Beowulf Character Analysis Essay

802 Words 4 Pages
Throughout the epic, Beowulf ages fifty-plus years. He goes to several battles, becomes a great warrior, establishes a name for himself, and eventually becomes king of the Geats. In order for Beowulf to establish an identity and prove to his people that he is trustworthy, he fought in a series of battles including Grendel, Grendel’s mother, and the dragon. He claims to have the strength of thirty men in one arm and often gives gifts of great measure. He proves, time and time again, that he is an exceptional warrior, as he brought and maintained peace between the Geats and the Danes, but often shows wlenco. This character “flaw” exudes through Beowulf’s character in many different instances, such as the swimming contest with Breca, the battle …show more content…
They both set out into the sea, fully armored and with swords. The match was said to have lasted five nights. In the middle of the match, a great storm broke out. The storm washed Breca away from Beowulf, and eventually onto the shore of his homeland. Shortly after the men were separated, Beowulf was confronted by nine nicors. In Heorot, Unferth actually addresses Beowulf’s wlenco. He asks, “Are you the Beowulf who took on Breca in a swimming match on the open sea, risking the water just to prove that you could win? … And no matter who tried, friend or foe, to deflect the pair of you, neither would back down” (1246). They could have both been killed, but the self-glory is all either of them were interested in. They were fueled by the fame, thus leading to an incredibly rash decision on Beowulf’s part, to accept the …show more content…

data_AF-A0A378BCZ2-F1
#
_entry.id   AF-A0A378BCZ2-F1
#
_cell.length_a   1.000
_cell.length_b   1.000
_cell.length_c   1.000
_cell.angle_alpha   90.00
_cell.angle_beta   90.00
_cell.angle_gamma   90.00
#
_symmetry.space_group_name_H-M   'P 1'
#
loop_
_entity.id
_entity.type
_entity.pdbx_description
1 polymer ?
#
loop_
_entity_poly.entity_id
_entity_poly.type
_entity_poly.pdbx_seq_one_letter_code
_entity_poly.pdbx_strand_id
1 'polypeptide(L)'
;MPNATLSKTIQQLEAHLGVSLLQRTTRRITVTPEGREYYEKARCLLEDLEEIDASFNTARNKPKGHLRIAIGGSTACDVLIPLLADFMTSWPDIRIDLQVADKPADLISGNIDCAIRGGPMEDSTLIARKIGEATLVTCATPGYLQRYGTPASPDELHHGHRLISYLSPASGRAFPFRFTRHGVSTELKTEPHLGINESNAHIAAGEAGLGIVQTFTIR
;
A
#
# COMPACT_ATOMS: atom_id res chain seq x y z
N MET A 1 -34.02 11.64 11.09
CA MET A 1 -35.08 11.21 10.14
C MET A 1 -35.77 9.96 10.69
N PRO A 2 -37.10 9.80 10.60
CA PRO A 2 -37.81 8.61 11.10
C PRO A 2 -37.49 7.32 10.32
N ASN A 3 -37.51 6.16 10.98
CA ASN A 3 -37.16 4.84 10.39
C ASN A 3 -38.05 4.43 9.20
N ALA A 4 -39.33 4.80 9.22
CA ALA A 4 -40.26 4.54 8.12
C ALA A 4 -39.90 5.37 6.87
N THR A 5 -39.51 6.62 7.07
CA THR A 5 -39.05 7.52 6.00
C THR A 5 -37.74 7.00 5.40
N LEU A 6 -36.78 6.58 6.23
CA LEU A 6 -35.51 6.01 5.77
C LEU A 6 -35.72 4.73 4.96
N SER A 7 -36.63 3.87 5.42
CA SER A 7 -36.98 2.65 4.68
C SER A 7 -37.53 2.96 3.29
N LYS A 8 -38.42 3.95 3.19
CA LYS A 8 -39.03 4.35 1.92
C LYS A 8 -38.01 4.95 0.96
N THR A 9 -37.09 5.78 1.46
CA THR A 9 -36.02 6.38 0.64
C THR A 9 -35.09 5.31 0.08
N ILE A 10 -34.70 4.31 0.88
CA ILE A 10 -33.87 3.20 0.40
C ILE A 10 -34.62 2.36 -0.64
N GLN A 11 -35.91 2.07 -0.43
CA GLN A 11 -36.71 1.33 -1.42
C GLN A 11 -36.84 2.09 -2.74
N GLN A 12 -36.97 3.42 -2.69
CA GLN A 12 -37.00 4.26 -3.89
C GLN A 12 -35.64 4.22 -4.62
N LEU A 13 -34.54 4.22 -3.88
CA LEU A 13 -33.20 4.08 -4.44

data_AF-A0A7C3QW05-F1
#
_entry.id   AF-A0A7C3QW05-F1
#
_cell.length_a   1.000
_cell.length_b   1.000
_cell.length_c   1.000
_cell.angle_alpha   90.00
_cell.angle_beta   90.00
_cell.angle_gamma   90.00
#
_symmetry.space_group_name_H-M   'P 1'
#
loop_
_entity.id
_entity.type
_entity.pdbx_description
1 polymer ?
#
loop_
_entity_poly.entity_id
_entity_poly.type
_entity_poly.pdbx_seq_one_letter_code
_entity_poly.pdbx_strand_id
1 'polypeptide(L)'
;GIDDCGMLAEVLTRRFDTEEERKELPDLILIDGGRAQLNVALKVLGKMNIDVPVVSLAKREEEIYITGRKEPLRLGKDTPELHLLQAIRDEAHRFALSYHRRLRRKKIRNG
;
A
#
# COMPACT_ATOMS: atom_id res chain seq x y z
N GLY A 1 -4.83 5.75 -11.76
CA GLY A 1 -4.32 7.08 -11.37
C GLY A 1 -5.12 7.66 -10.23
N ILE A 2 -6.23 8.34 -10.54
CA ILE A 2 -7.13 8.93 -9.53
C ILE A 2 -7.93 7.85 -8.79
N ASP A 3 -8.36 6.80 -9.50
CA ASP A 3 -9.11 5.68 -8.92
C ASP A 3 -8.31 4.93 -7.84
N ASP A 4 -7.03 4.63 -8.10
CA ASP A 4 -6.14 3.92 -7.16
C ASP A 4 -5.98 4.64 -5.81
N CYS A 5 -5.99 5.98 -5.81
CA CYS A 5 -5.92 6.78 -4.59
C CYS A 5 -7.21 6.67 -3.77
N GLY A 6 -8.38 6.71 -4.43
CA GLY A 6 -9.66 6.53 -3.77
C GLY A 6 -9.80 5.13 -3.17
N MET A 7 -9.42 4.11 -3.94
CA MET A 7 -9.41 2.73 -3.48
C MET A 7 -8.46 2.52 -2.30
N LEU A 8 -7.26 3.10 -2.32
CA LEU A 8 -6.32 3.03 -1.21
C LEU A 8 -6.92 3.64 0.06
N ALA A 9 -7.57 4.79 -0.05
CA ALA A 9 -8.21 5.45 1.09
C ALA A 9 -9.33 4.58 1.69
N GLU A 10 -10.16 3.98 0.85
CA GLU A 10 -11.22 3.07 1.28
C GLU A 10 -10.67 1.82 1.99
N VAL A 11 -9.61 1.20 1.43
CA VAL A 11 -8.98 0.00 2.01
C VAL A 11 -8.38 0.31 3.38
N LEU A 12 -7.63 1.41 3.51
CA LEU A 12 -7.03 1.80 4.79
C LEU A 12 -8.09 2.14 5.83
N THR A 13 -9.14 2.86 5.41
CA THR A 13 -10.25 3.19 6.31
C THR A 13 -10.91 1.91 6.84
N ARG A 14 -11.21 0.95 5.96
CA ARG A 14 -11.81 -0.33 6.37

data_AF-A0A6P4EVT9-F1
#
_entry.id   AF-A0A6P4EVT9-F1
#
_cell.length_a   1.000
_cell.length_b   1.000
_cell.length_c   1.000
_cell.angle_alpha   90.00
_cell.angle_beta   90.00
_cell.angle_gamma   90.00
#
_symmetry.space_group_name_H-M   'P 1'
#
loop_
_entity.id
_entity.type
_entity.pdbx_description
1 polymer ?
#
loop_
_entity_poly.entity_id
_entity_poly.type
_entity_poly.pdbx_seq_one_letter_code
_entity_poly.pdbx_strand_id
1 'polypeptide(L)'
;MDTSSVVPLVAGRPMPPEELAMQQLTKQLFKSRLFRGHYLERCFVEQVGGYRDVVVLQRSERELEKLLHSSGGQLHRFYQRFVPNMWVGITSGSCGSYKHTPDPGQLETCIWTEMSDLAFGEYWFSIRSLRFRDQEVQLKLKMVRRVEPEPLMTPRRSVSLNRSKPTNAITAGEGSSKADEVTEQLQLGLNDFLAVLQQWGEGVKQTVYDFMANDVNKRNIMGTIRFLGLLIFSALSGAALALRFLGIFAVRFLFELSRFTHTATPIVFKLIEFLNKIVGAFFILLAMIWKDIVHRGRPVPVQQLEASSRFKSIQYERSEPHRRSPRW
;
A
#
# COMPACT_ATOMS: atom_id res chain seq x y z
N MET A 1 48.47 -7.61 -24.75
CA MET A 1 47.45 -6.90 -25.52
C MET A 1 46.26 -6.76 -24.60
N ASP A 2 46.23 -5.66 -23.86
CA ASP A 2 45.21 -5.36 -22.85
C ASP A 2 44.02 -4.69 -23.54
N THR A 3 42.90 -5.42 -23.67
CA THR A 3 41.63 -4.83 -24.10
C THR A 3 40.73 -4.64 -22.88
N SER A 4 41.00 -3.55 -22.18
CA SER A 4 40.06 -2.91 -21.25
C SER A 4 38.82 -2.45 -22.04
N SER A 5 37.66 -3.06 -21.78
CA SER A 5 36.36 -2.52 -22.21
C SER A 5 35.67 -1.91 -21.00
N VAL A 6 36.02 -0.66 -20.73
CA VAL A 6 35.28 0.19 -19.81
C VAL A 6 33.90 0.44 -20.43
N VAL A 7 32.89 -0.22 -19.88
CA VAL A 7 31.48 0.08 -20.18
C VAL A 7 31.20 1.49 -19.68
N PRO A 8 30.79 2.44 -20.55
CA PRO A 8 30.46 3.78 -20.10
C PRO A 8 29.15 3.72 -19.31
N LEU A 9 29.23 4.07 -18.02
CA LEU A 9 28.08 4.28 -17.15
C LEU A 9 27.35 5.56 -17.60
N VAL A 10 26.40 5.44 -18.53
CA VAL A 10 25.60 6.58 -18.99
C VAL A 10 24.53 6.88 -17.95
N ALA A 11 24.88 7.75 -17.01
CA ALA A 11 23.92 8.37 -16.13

He peacefully rules for fifty years, until the dragon is awakened. The dragon is guarding a treasure and is awakened when a slave stumbles upon his lair and steals a goblet. The angry dragon then waits until nightfall and attacks Beowulf’s kingdom, burning down the homes of his people. Concerned for his people, Beowulf rashly decides to take on the dragon single-handedly. Rather than risking the lives of his men, he goes into battle alone. One may argue that this is a noble act, but that is not entirely the case. Beowulf knows he will die in combat with the dragon, but still goes head to head with it. At this point, Beowulf is without an heir to inherit his kingdom; there are no plans for what is to happen to his kingdom upon his demise. When Grendel attacked Heorot, Hrothgar did not fight him for glory, but instead, sent Beowulf and his men to do it. This was to insure Hrothgar’s people would not be without a king-which is what is more important in the grand scheme of things. Beowulf, on the other hand, displays his wlenco and decides to fight the dragon alone, knowing he will die, with no regard to what will happen to his kingdom and his

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